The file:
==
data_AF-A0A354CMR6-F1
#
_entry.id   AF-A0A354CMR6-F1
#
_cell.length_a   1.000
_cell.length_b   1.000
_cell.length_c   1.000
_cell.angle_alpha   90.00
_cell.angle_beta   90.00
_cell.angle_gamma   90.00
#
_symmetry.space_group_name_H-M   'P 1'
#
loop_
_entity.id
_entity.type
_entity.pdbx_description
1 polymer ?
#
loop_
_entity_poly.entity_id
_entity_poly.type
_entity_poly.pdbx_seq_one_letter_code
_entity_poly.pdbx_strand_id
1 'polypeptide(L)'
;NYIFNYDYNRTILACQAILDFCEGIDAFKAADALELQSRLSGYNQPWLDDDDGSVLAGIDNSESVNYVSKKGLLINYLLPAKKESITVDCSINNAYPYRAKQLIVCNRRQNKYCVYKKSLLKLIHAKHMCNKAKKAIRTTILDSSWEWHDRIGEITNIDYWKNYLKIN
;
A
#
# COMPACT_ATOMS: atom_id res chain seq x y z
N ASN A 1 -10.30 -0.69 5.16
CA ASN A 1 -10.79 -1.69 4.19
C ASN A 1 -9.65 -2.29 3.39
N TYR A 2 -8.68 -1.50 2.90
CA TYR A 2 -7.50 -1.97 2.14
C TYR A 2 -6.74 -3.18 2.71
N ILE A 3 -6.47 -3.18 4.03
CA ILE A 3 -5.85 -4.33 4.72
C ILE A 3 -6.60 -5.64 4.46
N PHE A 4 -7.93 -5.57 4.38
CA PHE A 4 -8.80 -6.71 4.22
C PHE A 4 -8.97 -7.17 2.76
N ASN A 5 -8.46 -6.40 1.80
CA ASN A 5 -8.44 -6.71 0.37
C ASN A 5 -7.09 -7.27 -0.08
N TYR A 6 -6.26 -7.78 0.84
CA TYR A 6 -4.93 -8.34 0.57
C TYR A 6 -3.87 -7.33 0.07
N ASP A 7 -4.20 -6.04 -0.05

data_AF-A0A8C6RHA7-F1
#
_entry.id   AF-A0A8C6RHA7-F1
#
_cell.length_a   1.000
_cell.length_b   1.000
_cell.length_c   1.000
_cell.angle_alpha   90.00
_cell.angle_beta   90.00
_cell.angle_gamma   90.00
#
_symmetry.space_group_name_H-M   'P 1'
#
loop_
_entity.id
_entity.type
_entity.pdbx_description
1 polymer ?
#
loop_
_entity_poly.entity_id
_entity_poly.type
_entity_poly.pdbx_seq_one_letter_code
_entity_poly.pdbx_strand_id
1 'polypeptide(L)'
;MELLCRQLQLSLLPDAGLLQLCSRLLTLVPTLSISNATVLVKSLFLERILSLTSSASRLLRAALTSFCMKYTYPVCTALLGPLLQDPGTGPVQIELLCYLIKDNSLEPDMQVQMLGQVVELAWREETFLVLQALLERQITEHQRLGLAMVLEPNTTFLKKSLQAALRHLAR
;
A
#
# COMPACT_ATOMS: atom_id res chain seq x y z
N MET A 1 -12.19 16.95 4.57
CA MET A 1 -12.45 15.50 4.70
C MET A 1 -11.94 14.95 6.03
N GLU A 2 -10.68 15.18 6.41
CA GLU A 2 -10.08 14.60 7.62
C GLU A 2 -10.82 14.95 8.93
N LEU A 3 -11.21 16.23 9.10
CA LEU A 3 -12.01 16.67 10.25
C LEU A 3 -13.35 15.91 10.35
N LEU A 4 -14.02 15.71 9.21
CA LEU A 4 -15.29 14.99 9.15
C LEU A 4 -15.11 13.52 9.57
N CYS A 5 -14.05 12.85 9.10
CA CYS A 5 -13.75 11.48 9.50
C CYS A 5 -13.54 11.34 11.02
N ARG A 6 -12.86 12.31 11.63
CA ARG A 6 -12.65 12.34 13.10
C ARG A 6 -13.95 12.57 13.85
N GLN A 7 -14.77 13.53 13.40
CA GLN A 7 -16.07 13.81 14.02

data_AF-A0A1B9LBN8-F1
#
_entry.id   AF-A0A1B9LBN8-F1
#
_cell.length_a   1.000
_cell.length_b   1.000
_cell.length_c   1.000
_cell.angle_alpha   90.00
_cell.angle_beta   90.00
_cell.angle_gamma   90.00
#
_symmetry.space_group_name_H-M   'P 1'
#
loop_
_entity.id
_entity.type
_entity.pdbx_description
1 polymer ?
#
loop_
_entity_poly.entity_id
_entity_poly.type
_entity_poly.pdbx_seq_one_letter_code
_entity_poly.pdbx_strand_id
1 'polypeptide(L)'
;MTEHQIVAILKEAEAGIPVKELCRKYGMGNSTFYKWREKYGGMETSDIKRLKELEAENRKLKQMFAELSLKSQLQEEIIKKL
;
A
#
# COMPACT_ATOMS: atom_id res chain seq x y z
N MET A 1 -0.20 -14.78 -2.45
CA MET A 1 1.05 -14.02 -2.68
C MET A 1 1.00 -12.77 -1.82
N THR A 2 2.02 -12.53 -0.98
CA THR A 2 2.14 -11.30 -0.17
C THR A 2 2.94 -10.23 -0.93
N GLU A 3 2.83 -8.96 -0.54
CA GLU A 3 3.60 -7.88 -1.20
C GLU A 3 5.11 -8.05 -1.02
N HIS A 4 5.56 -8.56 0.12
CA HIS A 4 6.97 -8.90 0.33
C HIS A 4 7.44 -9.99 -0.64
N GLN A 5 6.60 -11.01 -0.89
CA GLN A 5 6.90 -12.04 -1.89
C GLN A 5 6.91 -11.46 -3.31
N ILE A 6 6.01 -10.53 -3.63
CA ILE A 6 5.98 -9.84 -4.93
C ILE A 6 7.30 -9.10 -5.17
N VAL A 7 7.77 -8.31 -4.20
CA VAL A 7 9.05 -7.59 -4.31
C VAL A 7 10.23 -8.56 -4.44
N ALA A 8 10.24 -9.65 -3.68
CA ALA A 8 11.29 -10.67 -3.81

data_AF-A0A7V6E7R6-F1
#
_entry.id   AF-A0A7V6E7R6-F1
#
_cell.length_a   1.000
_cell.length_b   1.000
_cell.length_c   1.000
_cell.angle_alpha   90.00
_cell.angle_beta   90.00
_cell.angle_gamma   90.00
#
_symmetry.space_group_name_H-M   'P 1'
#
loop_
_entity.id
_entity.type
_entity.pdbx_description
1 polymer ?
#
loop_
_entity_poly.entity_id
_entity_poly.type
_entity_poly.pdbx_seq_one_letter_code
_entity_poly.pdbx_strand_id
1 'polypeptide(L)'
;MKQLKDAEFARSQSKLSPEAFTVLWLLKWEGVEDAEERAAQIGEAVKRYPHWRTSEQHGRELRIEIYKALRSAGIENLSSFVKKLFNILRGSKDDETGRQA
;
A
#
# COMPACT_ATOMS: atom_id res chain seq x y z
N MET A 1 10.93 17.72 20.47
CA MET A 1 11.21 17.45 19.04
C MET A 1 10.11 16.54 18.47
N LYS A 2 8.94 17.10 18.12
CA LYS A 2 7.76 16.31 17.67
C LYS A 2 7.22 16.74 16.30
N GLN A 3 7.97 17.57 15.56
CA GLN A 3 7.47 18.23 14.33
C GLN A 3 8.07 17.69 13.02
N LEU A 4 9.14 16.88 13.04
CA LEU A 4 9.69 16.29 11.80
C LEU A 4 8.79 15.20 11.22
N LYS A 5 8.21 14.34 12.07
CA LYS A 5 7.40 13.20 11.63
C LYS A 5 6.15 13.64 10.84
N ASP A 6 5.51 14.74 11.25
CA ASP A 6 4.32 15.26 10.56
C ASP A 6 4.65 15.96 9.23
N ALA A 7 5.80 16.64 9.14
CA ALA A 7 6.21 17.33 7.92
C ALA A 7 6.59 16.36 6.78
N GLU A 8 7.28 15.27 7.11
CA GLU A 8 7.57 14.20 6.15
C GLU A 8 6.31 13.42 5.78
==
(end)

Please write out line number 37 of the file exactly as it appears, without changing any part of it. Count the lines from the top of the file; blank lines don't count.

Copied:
N ILE A 3 -6.47 -3.18 4.03